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Monday, March 12, 2012

Pinterest: Be a Better Pinner

So, I started this post and it just kept going and going and going... like, we're talking the Energizer bunny kind of going.  So... I decided to break it down and this will be a little mini series.  So, shall we get started?

I'm sure you've at least heard of the raging fad that is Pinterest.  If not, you can get all the info on that HERE.  It's a very awesome tool and I love that it's versatile, easy to use and available wherever I have an internet connection (although I'm still impatiently waiting for an Android app... hint, hint app developers...).  I don't have to be on my laptop to access all my bookmarks.  And the social sharing aspect is cool too.  It's like having tons of eyes all over the internet, because seriously there's no way I'd have time to go search out all the great things I have pinned.  Anyway, very cool.  If you haven't checked it out, you should.


Already on the bandwagon?  Awesome.  Are you really a good pinner though?  I'm not talking about what you actually pin, but how you pin it.  I have been spending many a nursing sessions with one hand holding my snuggly little guy and the other hovering over my laptop while I gaze on image after image as I scroll through pin after pin.  Nothing is more frustrating than clicking on an image, expecting to get more info on this totally awesome picture, and I get a blog home page or a Google image search and the photo that originally brought me to the site is NO WHERE to be found!  Or I get a blog post where a project has been featured, but the actual project is on a totally different site.  Does that annoy anyone else?!

I'll be honest and admit that I'm not sure if it bothers me more as a pin stalker or as a blog author.  It's frustrating when you're trying to find more details on a project, recipe, article, ect and you have to go on a wild goose chase to find what you're looking for (or, even better, waste a bunch of time looking and never finding!).  It's also frustrating to find other projects that aren't mine pinned back to my site from a feature post.  People ask me questions about a project I know nothing about.  The project authors worked hard and deserve the links to their site.  And, yes, it bothers me when I don't get the links back for my work too.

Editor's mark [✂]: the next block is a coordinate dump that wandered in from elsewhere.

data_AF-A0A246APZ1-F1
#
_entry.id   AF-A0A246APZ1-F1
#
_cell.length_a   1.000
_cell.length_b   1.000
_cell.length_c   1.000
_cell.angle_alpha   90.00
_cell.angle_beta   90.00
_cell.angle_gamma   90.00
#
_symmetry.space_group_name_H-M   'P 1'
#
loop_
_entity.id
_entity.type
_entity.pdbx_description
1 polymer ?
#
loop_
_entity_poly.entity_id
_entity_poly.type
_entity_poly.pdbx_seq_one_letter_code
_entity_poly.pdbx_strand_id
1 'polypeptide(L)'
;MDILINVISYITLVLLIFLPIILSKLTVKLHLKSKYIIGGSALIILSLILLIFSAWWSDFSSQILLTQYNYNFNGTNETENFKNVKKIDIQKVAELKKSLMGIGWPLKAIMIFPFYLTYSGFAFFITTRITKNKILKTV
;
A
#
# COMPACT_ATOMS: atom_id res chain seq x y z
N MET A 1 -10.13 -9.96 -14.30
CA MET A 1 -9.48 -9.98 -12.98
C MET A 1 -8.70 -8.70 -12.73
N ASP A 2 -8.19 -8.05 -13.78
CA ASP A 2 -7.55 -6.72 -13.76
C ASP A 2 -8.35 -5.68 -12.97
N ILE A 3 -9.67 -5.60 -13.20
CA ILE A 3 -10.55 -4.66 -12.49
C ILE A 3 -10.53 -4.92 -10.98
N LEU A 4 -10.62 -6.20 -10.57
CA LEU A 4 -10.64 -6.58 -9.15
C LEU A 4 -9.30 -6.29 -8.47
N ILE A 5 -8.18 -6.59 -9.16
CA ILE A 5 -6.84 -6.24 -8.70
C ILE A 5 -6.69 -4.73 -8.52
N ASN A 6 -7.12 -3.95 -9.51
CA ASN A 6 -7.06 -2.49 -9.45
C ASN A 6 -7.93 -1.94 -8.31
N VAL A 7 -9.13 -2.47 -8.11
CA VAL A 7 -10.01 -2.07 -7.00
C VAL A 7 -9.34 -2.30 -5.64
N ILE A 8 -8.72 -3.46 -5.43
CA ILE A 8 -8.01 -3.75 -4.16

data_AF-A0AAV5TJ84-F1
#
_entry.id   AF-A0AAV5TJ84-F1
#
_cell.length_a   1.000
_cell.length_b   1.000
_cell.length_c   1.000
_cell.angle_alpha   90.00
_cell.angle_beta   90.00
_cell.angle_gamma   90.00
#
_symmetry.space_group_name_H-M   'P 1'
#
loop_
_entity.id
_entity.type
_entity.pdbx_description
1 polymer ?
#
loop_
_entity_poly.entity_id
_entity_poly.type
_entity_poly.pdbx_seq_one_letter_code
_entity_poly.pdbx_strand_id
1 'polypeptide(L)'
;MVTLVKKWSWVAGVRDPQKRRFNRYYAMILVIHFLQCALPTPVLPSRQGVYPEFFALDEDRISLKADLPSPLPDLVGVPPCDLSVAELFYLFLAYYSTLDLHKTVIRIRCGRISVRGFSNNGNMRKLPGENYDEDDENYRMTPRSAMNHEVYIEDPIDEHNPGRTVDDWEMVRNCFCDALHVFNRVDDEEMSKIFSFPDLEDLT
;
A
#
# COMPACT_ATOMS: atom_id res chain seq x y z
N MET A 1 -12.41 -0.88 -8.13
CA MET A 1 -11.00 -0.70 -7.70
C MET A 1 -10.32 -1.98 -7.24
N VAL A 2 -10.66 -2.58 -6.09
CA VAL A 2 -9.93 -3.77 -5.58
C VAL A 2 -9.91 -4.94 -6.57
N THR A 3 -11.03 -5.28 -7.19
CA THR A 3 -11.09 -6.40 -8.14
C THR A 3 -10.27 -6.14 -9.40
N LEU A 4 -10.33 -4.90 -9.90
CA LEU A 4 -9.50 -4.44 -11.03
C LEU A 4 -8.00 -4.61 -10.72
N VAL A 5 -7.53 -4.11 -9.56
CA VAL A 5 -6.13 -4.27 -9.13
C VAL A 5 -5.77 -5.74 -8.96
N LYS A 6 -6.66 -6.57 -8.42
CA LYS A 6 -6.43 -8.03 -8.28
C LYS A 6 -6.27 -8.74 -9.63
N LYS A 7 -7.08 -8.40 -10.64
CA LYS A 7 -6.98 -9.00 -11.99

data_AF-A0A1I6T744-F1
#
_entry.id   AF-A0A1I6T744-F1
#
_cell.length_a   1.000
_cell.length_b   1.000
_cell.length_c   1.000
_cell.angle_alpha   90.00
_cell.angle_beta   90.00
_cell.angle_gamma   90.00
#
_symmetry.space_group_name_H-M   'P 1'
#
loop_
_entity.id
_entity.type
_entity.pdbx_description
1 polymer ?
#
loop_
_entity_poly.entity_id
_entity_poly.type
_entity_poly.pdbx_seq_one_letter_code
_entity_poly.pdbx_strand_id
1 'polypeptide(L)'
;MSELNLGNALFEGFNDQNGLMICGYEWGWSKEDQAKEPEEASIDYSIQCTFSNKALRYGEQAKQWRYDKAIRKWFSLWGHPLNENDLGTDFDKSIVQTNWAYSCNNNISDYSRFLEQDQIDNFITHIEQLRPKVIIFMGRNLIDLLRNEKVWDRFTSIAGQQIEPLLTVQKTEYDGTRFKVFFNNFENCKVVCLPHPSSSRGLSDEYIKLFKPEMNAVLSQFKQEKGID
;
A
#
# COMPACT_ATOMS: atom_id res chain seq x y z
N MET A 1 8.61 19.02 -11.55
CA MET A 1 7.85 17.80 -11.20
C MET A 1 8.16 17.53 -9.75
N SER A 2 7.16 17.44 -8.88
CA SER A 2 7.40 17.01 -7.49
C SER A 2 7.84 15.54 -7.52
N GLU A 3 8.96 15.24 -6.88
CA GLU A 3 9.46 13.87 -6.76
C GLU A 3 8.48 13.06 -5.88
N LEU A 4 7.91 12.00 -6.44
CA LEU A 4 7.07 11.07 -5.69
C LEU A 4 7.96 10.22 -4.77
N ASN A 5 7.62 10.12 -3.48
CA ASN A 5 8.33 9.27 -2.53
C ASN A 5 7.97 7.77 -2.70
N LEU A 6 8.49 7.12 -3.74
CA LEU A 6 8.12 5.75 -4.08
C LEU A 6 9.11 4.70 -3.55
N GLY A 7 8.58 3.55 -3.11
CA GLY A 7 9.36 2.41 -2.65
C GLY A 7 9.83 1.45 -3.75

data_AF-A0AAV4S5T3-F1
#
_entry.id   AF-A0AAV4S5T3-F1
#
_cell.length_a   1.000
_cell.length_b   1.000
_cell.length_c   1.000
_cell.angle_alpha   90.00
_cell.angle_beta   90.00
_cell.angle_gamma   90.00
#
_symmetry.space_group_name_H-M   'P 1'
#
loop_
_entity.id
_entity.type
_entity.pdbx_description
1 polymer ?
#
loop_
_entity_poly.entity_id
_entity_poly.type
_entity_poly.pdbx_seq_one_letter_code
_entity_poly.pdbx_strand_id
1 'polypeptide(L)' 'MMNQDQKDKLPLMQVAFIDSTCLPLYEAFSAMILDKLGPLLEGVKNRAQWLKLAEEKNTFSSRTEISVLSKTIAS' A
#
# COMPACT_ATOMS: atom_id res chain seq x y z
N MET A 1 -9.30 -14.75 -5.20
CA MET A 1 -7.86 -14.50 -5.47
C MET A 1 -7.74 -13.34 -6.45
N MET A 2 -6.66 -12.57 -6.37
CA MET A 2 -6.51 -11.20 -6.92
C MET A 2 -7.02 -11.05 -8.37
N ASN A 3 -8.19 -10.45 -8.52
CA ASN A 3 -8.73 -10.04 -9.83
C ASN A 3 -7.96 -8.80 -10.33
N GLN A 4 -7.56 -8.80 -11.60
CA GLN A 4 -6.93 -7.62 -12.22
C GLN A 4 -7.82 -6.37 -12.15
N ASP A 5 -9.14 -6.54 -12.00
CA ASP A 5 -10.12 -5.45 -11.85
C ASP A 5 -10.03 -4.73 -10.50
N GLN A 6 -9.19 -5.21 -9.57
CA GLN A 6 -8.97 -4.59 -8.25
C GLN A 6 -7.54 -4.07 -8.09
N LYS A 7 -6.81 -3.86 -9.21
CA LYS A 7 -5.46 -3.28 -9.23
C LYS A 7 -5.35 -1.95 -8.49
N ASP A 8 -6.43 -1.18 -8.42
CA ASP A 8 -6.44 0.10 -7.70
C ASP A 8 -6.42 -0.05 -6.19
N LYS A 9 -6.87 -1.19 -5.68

Source
So, how do you become the best pinner you can be?  Always pin from the source.  That's it in a nutshell.  It does require a little more effort on your part, but you'll be thankful (and thanked).  You will always be able to find the direct source for your bookmarks.  The soup you saw that looked so delicious... you'll be able to easily and reliably find the actual recipe unless the source site removes it.  I very, very rarely ever use the repin button.  In fact, I only use it when I am browsing the mobile site from my tablet or phone (and then I try to go back later and repin from the original source) because Android doesn't have a Pinterest app.  Ugh.  I always visit the source of the pin, especially if I'm repinning, because I get to actually see the content in order to pin it.  That way I know I really do like the idea and want to save it for later.  And sometimes I find a better picture during my visit.